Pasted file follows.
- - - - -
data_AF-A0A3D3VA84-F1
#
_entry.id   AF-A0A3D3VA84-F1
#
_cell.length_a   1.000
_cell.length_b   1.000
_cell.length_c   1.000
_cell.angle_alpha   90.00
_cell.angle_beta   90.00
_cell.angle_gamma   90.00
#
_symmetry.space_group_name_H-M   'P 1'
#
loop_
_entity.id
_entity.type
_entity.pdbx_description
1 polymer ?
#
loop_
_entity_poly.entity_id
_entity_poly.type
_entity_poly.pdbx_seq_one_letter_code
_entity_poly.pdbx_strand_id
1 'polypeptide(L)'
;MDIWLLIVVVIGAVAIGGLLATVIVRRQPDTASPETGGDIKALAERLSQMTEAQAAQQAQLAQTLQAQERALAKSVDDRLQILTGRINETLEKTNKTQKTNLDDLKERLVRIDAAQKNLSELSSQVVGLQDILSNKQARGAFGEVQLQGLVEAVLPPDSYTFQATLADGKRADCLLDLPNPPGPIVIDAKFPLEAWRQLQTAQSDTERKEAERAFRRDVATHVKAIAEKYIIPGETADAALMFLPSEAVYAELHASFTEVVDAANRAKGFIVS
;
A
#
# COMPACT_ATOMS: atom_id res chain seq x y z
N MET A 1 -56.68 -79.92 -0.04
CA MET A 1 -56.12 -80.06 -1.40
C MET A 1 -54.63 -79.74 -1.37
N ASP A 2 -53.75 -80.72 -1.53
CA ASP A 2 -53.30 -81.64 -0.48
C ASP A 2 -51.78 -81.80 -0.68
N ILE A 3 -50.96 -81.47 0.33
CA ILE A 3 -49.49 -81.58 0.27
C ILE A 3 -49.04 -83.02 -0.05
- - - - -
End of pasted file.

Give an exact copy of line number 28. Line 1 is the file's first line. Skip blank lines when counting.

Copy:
A